It's got a resolution of 1,366x768 pixels, which is a little disappointing given that the 13-inch Asus Zenbook manages to pack in 1,600x900 pixels into the same space. The T Series' resolution is what I'd expect to find on an 11-inch model so I'm hoping it makes up for this shortcoming by being extremely bright and vivid.

Sony has a long history of making high-quality TVs and its laptop displays are often excellent so I do have high hopes of it looking great -- it's just a shame that it didn't try to beat the competition, or at the very least, keep up with it.

Sony VAIO T Series screen
The 13-inch Asus Zenbook squeezes more pixels into the same space as the Vaio T series' screen.


Sony's press release states that the SVT1311M1E uses the "latest generation" of Intel Core processors, which suggests the new low-voltage Ivy Bridge chips. What it's actually packing is a Core i3-2367M chip that's the older Sandy Bridge model. I've asked Sony to clarify exactly what it means by "latest generation", but I'm yet to hear back.

The i3-2367M could still be pretty nippy though -- assuming it's clocked at a decent speed -- and with 4GB of RAM, it should at least be able to handle a good amount of multi-tasking and high-definition video.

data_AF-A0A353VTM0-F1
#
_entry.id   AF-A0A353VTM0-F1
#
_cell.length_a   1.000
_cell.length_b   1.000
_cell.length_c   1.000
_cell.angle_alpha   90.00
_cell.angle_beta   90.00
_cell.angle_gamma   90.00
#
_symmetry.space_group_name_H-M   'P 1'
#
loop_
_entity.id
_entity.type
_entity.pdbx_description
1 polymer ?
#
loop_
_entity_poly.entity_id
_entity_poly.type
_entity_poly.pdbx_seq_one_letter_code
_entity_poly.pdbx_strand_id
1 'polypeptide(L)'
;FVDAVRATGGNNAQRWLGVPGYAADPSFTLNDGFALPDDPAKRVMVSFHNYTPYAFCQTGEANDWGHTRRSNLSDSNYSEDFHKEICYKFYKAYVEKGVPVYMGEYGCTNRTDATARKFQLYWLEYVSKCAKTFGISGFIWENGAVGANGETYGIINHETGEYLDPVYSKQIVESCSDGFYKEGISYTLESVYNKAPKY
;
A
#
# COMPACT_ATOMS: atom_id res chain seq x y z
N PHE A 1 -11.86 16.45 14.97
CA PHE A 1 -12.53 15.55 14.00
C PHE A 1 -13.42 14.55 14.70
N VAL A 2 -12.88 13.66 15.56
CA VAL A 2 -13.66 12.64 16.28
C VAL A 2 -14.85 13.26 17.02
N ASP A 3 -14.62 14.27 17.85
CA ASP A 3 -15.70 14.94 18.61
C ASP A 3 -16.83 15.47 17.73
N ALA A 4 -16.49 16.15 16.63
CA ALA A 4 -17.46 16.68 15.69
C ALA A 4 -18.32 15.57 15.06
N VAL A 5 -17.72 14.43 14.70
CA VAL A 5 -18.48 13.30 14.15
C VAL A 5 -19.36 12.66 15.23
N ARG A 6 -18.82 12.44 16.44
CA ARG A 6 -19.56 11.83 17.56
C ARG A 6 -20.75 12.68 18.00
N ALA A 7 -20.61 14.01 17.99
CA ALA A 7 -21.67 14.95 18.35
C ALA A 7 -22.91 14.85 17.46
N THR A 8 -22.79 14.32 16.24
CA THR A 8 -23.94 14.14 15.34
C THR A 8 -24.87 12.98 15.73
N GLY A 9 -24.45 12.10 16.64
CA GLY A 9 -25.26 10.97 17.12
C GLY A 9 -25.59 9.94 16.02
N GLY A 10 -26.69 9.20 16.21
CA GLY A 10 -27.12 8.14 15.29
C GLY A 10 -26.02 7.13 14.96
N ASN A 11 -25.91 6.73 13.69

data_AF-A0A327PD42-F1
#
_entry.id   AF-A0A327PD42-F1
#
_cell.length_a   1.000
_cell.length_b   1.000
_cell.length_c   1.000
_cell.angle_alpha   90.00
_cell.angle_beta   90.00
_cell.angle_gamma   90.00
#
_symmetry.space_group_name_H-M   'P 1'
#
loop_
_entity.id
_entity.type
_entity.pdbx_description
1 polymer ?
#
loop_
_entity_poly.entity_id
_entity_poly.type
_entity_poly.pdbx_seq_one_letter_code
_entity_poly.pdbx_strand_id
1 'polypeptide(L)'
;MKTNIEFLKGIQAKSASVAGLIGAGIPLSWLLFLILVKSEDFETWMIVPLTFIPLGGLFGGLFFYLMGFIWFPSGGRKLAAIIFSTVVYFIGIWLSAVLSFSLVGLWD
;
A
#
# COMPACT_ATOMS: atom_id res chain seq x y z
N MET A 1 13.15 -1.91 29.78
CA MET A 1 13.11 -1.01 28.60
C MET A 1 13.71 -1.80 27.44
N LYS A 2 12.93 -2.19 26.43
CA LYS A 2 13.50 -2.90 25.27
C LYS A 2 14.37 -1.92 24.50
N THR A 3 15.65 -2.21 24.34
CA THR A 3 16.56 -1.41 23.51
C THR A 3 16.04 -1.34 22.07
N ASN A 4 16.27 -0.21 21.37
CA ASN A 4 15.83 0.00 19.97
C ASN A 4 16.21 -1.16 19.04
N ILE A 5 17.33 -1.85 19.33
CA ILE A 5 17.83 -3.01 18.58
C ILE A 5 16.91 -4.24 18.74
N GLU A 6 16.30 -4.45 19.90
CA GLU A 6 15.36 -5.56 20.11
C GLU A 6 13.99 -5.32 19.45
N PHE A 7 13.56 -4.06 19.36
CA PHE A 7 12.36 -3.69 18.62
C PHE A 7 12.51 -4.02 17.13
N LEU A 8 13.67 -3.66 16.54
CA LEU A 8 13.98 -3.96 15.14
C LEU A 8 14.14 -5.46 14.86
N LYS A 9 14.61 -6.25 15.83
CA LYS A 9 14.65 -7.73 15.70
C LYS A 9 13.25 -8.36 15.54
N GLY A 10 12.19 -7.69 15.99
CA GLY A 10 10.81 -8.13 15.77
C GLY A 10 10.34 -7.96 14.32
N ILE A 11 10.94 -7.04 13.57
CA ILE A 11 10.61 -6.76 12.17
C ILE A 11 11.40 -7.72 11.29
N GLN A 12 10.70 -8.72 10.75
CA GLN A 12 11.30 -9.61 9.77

There's no mention of more powerful Core i5 or Core i7 versions, which is a shame, given that these options are available from most of its competitors. It wouldn't have been a bad idea to offer a high-spec version to keep it feeling current against the oncoming wave of ultrabooks packing more powerful Ivy Bridge processors.

I'll be putting it through its paces when I get a model for a full review, so we'll have to wait and see exactly what it has to offer in the power stakes.

Sony VAIO T Series right side
Sony claims it's using the "latest generation" of Intel Core chips but it actually has the older Sandy Bridge processor inside.

In terms of graphics power, it uses the built-in Intel HD 3000 graphics, meaning that you're not going to be able to tackle much by way of gaming. It will lend a hand when it comes to playing back video though. The latest Ivy Bridge chips claim a 2x increase to graphics performance, so if we did see a model using these, then it might be able to handle more demanding games.

In terms of storage, you can have it with just an SSD drive -- which is faster and more power-efficient than traditional hard disk drives (but more expensive), or with a combined HDD and SSD. With the latter, your computer can boot quickly from the SSD but you then use the capacious HDD to store your files.

Sony promises up to 9 hours of battery life from the SSD-equipped models, but how that number stacks up against my brutal battery benchmark tests remains to be seen.


With its slim frame and attractive brushed metal top, the Sony Vaio T Series looks every inch an ultrabook. I'm a little disappointed by the low-resolution screen and the relatively low-powered processor, but if the price reflects this, then it might be a good choice for Sony fans seeking stylish computing on the go. Stay tuned for a full review soon